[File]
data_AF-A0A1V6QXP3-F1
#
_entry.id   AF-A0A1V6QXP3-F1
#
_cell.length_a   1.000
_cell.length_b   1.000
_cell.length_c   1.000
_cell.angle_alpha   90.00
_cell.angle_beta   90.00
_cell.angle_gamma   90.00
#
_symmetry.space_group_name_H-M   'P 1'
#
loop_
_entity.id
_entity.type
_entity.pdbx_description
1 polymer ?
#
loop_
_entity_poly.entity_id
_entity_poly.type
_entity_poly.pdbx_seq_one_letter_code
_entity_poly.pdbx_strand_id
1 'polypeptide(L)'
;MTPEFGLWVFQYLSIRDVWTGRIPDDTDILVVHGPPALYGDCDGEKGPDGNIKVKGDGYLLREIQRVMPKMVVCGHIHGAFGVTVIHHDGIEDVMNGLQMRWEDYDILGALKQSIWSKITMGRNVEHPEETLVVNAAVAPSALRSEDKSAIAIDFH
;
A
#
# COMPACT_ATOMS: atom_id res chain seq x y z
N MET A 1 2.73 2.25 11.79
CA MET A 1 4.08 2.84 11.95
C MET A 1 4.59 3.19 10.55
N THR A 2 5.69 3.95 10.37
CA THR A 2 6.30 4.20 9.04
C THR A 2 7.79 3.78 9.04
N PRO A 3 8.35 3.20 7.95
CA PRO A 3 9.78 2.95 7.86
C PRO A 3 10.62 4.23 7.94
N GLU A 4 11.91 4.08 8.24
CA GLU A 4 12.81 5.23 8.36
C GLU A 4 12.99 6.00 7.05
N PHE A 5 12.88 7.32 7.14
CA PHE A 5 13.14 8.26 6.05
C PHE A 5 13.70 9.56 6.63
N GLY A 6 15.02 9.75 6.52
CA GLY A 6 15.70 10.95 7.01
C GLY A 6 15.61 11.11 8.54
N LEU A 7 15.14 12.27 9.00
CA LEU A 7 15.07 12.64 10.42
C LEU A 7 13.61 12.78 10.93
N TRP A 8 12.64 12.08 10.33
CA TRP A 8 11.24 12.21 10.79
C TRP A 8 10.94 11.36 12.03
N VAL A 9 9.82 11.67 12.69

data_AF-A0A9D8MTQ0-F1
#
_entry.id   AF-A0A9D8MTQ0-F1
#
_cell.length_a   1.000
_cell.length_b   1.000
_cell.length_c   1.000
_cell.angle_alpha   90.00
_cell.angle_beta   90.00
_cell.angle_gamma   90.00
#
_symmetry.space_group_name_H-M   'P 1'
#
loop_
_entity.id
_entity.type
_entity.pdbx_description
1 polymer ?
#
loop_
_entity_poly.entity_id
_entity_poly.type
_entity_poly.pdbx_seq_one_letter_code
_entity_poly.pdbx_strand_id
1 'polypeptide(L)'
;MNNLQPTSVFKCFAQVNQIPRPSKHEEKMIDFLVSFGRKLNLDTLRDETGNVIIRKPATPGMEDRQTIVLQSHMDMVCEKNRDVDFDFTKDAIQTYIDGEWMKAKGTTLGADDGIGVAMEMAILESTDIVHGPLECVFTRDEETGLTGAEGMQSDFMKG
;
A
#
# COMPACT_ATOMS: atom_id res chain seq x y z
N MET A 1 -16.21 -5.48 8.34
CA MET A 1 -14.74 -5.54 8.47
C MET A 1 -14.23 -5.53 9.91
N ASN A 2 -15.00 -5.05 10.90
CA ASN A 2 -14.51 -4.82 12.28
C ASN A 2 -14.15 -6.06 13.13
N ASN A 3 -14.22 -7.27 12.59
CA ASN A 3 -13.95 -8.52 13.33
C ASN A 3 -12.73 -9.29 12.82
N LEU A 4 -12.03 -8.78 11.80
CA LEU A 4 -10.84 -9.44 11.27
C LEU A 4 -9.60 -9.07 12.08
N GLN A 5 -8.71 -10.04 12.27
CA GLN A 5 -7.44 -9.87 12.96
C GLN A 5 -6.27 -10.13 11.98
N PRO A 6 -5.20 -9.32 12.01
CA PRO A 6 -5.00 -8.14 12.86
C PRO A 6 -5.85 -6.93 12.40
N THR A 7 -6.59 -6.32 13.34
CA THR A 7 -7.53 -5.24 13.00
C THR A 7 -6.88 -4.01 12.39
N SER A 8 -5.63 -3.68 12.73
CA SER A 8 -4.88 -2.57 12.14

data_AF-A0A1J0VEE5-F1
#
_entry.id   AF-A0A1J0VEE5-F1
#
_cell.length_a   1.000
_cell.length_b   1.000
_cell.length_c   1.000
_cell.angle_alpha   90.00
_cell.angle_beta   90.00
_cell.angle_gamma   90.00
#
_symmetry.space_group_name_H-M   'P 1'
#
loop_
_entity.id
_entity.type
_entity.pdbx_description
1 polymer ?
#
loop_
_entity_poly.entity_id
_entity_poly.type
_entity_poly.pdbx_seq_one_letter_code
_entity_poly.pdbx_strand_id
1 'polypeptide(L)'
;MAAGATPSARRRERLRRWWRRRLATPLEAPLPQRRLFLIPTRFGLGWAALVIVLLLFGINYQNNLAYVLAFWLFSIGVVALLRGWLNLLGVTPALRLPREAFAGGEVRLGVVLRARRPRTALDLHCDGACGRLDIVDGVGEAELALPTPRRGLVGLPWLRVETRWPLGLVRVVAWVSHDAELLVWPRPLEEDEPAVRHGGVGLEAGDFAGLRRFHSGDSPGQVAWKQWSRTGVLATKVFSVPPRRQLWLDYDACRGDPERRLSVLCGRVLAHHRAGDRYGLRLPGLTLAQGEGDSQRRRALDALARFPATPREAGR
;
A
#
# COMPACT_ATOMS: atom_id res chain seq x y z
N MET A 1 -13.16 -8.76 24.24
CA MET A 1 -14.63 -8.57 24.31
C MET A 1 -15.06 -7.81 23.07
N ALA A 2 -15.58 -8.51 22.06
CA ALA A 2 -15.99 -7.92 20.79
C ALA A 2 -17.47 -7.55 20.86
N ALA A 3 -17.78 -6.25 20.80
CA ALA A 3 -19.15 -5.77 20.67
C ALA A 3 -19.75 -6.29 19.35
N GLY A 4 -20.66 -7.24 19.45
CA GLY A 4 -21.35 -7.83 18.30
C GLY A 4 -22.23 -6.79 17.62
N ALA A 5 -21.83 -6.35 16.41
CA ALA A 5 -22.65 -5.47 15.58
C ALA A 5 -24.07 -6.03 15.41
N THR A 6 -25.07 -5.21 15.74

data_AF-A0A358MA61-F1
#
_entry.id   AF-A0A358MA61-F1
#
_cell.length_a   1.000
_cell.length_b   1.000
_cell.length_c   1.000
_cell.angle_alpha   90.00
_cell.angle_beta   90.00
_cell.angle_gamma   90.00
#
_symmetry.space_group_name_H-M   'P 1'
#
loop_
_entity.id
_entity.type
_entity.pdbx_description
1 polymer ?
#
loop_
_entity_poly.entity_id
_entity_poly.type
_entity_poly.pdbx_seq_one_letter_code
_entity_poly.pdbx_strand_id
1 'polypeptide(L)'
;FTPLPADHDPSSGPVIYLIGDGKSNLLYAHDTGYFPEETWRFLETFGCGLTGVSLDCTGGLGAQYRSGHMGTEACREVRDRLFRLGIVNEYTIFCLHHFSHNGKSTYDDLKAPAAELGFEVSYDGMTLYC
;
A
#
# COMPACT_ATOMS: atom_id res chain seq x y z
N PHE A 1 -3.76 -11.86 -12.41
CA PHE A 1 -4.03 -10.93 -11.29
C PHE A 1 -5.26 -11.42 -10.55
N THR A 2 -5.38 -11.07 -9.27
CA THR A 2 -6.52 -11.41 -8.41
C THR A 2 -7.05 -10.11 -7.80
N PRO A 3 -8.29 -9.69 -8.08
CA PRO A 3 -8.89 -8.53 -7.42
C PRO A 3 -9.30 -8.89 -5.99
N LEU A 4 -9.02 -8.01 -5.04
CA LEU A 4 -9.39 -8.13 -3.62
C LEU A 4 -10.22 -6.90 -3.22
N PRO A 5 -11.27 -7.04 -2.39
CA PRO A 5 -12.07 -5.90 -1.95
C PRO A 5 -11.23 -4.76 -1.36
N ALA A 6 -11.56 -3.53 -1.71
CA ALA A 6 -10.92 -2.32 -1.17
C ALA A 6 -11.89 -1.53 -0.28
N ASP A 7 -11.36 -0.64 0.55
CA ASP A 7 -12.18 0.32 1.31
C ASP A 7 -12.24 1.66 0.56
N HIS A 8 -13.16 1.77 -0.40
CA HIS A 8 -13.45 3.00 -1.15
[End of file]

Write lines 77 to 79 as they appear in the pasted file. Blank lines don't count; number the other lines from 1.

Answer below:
_entity_poly.type
_entity_poly.pdbx_seq_one_letter_code
_entity_poly.pdbx_strand_id